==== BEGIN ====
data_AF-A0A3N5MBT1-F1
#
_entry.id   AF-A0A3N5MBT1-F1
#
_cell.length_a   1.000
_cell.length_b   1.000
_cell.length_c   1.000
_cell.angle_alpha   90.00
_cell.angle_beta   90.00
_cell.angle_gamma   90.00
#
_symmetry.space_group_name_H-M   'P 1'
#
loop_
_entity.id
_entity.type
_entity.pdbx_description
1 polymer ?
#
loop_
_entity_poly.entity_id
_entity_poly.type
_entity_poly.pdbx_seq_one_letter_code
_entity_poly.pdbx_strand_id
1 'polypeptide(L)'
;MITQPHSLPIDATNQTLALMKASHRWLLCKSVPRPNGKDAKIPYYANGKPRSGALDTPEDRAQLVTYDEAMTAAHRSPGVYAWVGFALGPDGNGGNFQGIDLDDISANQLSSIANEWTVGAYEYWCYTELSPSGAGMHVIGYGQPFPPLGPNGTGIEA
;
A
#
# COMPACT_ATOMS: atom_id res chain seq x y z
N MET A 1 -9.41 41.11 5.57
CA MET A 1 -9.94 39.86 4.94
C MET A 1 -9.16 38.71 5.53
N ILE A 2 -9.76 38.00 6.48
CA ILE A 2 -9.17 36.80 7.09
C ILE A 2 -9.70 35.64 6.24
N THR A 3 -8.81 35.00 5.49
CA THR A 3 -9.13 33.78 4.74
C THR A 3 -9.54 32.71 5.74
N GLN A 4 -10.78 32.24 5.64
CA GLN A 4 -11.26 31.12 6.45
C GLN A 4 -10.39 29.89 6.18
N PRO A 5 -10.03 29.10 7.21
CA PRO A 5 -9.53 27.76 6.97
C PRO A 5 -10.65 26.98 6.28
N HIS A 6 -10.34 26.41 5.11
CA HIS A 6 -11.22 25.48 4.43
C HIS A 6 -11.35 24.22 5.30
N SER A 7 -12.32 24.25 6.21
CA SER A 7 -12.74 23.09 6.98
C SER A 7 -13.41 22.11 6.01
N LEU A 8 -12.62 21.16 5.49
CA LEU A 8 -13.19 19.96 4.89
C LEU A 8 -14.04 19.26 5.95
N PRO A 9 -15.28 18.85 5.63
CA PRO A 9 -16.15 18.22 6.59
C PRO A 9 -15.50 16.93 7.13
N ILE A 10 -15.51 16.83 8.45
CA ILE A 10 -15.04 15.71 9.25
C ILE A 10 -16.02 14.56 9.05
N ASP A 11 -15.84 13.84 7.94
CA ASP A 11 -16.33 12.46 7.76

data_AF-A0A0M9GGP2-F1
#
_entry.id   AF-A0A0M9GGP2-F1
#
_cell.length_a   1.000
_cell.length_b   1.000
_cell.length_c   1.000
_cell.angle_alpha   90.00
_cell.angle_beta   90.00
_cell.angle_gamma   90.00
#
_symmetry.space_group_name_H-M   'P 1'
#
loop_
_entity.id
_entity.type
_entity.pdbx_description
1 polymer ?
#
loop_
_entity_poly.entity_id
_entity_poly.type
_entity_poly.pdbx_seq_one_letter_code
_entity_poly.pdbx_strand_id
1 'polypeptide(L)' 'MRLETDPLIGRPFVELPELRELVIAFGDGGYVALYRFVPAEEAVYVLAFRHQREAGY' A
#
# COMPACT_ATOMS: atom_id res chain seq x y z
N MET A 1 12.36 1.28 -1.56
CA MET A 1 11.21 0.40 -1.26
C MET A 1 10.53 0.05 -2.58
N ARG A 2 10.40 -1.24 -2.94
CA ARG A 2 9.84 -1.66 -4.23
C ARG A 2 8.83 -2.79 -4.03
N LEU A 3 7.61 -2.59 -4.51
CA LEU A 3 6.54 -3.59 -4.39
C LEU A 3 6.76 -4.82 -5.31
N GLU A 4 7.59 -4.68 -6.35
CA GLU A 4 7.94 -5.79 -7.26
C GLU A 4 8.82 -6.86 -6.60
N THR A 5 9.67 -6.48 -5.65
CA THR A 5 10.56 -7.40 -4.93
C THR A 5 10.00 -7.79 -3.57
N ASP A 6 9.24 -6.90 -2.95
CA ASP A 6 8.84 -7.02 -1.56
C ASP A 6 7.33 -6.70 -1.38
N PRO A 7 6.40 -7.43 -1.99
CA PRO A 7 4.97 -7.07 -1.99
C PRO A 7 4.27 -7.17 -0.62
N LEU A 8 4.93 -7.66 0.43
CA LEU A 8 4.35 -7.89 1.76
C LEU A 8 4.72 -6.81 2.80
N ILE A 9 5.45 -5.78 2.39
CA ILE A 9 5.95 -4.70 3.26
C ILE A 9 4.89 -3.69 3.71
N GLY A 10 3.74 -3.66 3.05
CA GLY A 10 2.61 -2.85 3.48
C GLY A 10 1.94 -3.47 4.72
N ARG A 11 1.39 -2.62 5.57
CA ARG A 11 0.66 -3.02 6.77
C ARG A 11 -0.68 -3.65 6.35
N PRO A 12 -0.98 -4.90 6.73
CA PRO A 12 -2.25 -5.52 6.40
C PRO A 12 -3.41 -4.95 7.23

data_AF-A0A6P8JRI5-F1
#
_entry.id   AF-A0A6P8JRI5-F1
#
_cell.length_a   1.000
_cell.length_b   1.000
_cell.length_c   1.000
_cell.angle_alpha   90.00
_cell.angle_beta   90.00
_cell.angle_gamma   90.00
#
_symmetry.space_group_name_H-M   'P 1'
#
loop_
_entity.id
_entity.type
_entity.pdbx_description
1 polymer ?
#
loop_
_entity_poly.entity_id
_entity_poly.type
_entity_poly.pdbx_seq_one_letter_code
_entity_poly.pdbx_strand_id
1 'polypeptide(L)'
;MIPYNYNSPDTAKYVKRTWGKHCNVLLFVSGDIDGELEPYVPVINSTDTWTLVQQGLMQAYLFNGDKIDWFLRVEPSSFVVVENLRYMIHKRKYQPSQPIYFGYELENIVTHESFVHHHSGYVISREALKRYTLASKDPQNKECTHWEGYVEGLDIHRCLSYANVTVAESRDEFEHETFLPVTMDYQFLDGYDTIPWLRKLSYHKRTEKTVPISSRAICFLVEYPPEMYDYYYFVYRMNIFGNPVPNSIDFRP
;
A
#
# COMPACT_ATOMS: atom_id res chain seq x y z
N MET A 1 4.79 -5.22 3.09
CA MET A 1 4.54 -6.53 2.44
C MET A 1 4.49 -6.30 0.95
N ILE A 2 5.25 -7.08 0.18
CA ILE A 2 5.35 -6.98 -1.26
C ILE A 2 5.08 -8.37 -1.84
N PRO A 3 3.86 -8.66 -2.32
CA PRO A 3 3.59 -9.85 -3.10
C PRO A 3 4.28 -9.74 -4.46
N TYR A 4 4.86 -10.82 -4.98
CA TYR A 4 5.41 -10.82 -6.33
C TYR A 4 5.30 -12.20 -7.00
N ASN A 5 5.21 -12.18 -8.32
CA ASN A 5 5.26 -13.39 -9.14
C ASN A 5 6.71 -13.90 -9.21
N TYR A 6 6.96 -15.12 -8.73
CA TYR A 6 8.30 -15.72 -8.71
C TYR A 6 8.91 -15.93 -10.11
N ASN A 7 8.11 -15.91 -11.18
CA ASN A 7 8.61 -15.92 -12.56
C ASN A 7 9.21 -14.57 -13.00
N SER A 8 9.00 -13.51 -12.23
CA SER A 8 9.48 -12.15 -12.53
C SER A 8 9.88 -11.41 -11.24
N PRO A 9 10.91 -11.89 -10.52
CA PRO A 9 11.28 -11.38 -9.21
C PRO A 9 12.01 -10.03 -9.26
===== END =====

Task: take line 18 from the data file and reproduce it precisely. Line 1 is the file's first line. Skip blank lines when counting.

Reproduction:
1 polymer ?